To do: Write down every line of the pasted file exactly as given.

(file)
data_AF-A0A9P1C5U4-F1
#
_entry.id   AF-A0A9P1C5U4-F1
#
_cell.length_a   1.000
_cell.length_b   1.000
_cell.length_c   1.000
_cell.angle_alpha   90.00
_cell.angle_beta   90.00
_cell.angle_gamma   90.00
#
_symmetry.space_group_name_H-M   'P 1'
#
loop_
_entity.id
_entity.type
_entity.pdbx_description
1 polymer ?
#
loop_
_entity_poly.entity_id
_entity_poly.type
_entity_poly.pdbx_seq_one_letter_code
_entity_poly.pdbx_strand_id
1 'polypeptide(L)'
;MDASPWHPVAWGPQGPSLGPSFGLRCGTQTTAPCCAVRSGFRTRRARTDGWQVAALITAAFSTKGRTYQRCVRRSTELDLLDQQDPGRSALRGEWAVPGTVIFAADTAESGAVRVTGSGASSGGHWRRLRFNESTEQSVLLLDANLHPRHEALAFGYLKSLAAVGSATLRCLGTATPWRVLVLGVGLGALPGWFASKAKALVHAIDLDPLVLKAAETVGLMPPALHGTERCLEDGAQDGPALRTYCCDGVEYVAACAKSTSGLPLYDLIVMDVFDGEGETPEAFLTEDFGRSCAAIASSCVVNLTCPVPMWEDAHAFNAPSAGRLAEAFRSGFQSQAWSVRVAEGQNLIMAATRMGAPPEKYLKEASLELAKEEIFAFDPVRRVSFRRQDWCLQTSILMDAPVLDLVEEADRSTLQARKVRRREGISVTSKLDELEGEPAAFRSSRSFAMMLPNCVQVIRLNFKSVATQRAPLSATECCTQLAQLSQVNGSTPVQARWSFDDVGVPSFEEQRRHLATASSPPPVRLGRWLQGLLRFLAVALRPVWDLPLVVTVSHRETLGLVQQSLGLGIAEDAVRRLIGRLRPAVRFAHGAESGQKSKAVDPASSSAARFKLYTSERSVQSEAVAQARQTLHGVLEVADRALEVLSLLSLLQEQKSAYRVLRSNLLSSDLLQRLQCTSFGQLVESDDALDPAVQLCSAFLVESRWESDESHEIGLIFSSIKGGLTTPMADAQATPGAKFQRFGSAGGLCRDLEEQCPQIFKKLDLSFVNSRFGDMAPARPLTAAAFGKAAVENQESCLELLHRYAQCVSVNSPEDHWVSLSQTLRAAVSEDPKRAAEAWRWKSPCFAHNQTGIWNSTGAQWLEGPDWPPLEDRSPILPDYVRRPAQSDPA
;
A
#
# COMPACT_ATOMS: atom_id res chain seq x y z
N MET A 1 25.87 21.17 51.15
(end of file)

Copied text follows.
data_AF-A0A9P1C5U4-F1
#
_entry.id   AF-A0A9P1C5U4-F1
#
_cell.length_a   1.000
_cell.length_b   1.000
_cell.length_c   1.000
_cell.angle_alpha   90.00
_cell.angle_beta   90.00
_cell.angle_gamma   90.00
#
_symmetry.space_group_name_H-M   'P 1'
#
loop_
_entity.id
_entity.type
_entity.pdbx_description
1 polymer ?
#
loop_
_entity_poly.entity_id
_entity_poly.type
_entity_poly.pdbx_seq_one_letter_code
_entity_poly.pdbx_strand_id
1 'polypeptide(L)'
;MDASPWHPVAWGPQGPSLGPSFGLRCGTQTTAPCCAVRSGFRTRRARTDGWQVAALITAAFSTKGRTYQRCVRRSTELDLLDQQDPGRSALRGEWAVPGTVIFAADTAESGAVRVTGSGASSGGHWRRLRFNESTEQSVLLLDANLHPRHEALAFGYLKSLAAVGSATLRCLGTATPWRVLVLGVGLGALPGWFASKAKALVHAIDLDPLVLKAAETVGLMPPALHGTERCLEDGAQDGPALRTYCCDGVEYVAACAKSTSGLPLYDLIVMDVFDGEGETPEAFLTEDFGRSCAAIASSCVVNLTCPVPMWEDAHAFNAPSAGRLAEAFRSGFQSQAWSVRVAEGQNLIMAATRMGAPPEKYLKEASLELAKEEIFAFDPVRRVSFRRQDWCLQTSILMDAPVLDLVEEADRSTLQARKVRRREGISVTSKLDELEGEPAAFRSSRSFAMMLPNCVQVIRLNFKSVATQRAPLSATECCTQLAQLSQVNGSTPVQARWSFDDVGVPSFEEQRRHLATASSPPPVRLGRWLQGLLRFLAVALRPVWDLPLVVTVSHRETLGLVQQSLGLGIAEDAVRRLIGRLRPAVRFAHGAESGQKSKAVDPASSSAARFKLYTSERSVQSEAVAQARQTLHGVLEVADRALEVLSLLSLLQEQKSAYRVLRSNLLSSDLLQRLQCTSFGQLVESDDALDPAVQLCSAFLVESRWESDESHEIGLIFSSIKGGLTTPMADAQATPGAKFQRFGSAGGLCRDLEEQCPQIFKKLDLSFVNSRFGDMAPARPLTAAAFGKAAVENQESCLELLHRYAQCVSVNSPEDHWVSLSQTLRAAVSEDPKRAAEAWRWKSPCFAHNQTGIWNSTGAQWLEGPDWPPLEDRSPILPDYVRRPAQSDPA
;
A
#
# COMPACT_ATOMS: atom_id res chain seq x y z
N MET A 1 25.87 21.17 51.15